JURIES, VENUE, AND THE MAJOR CRIMES ACT: RECENT SCHOLARSHIP

September 22, 2013 Comments Off on JURIES, VENUE, AND THE MAJOR CRIMES ACT: RECENT SCHOLARSHIP

A recent comment published in the Wyoming Law Review argues that federal law on jury pools and venue, when applied to Indian country criminal cases, is not consistent with Major Crimes Act. The Major Crimes Act gives the federal courts jurisdiction over most felonies occurring on reservation land and was upheld in United States v. Kagama, 118 U.S. 735 (1886). The Major Crimes Act is unique because it creates jurisdictional limitations based on geography (within Indian country) and racial-political identity (Indian v. non-Indian).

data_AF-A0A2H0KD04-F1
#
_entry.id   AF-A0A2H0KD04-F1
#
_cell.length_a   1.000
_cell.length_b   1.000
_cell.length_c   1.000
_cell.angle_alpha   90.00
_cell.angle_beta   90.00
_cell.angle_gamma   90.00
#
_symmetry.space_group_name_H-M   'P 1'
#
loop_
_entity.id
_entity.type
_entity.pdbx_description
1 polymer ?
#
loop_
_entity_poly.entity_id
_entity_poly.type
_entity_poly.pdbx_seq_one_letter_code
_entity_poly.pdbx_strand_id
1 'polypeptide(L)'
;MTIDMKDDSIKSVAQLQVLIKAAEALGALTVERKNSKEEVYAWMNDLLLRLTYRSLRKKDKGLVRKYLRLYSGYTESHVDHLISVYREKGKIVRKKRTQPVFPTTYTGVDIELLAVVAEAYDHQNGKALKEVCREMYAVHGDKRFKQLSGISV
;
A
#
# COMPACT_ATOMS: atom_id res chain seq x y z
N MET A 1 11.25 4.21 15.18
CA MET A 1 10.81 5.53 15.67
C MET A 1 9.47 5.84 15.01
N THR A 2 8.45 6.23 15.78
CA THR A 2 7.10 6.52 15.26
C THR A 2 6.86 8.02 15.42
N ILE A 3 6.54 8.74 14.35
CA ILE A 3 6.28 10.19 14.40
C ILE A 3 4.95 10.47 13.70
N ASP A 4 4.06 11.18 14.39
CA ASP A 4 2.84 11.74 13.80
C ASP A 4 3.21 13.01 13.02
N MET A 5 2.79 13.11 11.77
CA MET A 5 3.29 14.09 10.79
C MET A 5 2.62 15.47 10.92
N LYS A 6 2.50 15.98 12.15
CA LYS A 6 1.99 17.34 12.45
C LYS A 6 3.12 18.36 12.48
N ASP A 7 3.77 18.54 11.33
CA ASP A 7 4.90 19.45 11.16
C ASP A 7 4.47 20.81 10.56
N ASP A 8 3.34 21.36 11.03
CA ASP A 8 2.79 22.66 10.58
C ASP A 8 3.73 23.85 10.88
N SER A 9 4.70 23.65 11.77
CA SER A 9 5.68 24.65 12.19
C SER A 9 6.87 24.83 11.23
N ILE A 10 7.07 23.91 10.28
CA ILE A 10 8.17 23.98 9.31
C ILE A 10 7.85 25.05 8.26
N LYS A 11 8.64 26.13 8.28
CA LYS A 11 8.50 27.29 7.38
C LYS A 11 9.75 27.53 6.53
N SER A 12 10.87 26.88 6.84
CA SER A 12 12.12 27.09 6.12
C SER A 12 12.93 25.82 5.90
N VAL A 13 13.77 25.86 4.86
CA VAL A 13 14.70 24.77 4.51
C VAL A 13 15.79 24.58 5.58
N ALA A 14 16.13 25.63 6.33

First, the author shows that the location—or vicinage—of a criminal case is so important in United States jurisprudence that the Founding Fathers included it in the Constitution. Under Article III and the Sixth Amendment, criminal cases must be tried in the “district wherein the crime shall have been committed.” In addition, the Federal Rules of Criminal Procedure call for criminal cases to be heard in a location that is convenient for the defendant, victims, witnesses, and the “prompt administration of justice.” The purpose of these rules is to promote public participation and scrutiny of the prosecutor and the legal process. The author then argues that, in light of the unique jurisdictional limitations of the Major Crimes Act, the victim of the crime should be seen as the reservation and the surrounding community and that the federal prosecutor is representing this specific community of Indians and local non-Indians.